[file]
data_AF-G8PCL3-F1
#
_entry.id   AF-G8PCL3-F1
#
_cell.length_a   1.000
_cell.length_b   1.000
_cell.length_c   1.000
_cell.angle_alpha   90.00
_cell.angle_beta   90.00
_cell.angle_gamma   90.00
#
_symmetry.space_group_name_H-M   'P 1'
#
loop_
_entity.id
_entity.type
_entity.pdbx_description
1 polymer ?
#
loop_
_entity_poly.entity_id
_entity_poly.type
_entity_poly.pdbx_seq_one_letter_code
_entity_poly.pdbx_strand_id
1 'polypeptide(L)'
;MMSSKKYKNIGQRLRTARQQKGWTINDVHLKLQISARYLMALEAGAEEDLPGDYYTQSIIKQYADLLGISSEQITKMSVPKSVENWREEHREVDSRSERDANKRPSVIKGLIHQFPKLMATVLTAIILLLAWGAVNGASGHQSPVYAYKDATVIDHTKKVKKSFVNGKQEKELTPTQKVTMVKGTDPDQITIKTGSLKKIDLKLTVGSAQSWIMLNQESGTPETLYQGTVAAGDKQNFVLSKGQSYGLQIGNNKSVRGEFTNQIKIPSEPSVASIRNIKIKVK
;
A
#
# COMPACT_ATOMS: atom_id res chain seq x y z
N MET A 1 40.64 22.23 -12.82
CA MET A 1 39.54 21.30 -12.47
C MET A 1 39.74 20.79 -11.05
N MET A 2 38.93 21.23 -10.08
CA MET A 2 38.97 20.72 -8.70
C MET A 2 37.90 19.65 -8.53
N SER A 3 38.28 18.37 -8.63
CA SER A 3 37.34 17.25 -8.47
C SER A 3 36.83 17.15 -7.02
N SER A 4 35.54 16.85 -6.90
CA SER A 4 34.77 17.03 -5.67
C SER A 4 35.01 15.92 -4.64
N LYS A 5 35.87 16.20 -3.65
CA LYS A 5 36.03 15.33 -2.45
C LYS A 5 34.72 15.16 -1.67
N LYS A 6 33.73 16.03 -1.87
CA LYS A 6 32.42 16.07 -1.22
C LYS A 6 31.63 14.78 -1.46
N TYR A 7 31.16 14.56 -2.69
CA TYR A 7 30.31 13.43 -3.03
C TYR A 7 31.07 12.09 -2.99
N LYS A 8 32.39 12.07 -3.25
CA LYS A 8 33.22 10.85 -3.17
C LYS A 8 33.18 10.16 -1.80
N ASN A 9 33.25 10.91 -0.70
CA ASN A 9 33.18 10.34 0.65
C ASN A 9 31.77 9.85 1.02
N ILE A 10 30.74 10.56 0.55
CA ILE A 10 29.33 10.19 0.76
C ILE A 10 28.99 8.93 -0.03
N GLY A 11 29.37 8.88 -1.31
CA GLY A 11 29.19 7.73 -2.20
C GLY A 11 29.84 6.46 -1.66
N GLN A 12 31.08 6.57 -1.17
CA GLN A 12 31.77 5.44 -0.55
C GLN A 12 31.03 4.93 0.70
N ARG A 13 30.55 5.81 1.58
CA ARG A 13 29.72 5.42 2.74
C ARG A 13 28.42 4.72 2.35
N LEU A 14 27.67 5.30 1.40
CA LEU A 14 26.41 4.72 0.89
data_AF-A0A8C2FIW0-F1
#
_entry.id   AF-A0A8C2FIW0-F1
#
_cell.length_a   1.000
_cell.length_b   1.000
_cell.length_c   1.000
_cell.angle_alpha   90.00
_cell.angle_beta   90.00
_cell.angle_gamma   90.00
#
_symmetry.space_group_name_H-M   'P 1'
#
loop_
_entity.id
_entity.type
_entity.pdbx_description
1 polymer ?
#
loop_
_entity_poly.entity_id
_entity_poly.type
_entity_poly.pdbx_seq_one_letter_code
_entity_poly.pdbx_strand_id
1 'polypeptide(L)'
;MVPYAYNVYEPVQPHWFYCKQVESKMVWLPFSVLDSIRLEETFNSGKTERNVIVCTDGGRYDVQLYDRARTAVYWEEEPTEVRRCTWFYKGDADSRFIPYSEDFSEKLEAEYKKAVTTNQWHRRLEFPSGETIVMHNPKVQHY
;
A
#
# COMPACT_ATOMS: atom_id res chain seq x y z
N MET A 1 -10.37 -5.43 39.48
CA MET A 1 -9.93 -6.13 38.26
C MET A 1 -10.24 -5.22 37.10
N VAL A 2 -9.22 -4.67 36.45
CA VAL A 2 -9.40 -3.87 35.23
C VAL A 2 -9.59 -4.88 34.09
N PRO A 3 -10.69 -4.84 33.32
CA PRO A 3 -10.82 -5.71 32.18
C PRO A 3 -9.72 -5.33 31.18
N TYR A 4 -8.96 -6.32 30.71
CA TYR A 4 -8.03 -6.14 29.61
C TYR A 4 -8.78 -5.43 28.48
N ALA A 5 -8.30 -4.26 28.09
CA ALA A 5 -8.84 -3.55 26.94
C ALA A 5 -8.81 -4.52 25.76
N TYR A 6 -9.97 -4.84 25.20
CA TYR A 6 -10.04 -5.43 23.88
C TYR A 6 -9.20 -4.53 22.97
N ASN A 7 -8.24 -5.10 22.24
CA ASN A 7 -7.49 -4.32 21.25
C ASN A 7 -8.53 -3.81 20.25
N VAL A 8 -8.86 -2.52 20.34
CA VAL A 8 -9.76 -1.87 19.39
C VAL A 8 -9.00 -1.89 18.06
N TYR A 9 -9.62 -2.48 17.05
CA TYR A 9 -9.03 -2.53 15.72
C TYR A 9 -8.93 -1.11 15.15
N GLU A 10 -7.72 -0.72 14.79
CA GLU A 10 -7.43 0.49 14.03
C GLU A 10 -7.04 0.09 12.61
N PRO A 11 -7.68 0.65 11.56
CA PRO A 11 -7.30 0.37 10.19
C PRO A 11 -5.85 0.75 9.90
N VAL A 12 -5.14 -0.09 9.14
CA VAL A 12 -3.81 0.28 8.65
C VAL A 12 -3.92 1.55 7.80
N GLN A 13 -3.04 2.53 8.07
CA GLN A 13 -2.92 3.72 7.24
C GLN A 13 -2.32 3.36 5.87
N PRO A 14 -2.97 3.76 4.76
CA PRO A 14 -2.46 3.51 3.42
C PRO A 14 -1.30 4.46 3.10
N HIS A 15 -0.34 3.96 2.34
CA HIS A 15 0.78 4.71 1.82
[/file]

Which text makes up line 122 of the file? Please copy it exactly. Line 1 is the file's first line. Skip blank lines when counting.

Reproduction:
C ASN A 7 -8.53 -3.81 20.25